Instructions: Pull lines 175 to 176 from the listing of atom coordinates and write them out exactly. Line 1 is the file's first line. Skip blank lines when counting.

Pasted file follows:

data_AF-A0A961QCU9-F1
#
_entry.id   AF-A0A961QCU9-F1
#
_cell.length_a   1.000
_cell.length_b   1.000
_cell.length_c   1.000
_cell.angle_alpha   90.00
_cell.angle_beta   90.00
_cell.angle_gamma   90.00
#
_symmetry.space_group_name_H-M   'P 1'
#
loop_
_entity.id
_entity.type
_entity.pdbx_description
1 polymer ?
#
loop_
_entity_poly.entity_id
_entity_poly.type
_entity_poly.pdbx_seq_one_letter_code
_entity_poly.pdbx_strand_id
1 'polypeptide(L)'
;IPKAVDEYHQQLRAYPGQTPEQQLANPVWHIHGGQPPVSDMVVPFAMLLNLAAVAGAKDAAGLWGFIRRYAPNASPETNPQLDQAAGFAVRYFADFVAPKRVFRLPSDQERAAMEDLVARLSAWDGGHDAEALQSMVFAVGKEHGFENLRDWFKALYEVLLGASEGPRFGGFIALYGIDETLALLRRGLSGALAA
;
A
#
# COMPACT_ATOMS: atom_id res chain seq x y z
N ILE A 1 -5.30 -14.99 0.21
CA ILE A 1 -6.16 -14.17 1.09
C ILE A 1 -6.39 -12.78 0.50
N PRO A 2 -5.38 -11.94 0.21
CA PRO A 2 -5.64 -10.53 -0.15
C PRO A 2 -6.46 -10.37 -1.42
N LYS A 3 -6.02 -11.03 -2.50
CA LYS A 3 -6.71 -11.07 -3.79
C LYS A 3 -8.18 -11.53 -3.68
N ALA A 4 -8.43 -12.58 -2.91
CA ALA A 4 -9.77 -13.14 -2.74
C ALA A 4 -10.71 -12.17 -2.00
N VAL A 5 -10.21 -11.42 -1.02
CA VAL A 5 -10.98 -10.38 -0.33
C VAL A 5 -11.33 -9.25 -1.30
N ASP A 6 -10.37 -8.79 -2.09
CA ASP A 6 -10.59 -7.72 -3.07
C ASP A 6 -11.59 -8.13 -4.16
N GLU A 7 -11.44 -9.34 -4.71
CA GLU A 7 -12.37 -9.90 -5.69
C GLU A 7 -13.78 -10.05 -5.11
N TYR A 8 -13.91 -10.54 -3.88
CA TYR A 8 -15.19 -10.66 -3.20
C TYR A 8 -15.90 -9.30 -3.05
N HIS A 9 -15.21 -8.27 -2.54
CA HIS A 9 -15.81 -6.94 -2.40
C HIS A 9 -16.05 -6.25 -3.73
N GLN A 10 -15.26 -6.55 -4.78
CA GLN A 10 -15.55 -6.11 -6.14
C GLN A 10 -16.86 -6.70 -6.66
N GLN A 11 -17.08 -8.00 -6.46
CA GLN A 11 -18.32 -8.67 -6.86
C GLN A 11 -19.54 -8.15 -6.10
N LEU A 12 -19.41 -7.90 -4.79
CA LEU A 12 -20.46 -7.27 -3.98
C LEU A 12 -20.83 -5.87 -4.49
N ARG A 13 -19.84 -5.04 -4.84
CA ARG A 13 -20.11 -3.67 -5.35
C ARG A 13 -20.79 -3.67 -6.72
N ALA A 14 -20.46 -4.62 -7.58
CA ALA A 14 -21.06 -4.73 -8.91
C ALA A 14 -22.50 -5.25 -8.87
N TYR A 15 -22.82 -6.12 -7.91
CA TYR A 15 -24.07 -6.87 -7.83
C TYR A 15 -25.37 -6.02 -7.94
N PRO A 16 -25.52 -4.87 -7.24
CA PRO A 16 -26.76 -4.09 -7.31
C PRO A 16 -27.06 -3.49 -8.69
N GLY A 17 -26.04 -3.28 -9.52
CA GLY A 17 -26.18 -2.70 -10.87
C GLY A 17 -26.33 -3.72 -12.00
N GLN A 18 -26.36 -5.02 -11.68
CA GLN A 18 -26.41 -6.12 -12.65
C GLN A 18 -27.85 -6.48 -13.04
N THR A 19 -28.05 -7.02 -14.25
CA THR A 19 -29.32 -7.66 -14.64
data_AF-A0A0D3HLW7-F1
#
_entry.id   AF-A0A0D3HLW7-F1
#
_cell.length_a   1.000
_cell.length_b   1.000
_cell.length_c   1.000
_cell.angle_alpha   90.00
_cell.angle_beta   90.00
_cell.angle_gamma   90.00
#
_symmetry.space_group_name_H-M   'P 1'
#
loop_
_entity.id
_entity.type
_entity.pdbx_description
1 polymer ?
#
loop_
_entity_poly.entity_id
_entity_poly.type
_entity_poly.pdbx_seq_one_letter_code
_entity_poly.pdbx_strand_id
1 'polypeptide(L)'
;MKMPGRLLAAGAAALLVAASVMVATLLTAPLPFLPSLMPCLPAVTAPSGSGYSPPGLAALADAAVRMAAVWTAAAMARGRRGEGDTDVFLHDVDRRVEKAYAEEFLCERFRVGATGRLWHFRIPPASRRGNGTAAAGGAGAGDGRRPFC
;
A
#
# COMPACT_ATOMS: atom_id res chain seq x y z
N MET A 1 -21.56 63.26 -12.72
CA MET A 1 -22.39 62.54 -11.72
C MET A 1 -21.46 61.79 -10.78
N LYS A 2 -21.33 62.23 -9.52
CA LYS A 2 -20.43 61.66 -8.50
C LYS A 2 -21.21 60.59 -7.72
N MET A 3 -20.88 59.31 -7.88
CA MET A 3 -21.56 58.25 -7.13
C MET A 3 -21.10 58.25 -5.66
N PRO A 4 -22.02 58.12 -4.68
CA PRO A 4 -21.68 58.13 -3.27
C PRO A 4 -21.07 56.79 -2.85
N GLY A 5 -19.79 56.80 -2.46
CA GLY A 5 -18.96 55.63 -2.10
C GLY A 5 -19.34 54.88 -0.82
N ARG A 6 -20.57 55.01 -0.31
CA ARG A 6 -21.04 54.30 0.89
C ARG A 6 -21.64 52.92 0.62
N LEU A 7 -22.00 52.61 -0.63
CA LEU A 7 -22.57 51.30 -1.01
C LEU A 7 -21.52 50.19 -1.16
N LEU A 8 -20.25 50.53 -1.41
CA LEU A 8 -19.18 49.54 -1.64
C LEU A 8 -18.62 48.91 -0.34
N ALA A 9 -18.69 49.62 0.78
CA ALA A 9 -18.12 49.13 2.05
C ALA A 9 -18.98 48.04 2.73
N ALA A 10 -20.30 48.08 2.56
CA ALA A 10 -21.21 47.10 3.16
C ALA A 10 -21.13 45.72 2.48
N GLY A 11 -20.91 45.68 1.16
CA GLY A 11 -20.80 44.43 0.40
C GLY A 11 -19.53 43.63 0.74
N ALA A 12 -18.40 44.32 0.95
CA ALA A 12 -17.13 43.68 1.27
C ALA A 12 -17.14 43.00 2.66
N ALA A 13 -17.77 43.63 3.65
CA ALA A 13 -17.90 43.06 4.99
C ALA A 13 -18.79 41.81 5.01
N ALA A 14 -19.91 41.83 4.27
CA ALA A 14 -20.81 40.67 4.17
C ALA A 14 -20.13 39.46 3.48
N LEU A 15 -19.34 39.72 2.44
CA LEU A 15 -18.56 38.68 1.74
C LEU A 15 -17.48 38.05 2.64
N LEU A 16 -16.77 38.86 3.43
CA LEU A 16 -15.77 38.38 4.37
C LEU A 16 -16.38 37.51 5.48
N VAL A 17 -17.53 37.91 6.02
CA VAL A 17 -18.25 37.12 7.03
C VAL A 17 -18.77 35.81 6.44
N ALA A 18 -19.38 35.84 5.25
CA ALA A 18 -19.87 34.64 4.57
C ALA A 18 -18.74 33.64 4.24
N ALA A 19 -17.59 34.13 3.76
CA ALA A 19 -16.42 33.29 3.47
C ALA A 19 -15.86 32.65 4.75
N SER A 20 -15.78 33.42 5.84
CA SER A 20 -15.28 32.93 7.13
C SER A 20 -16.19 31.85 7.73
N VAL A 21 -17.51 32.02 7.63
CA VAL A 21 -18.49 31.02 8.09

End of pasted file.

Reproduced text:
CA SER A 20 -15.28 32.93 7.13
C SER A 20 -16.19 31.85 7.73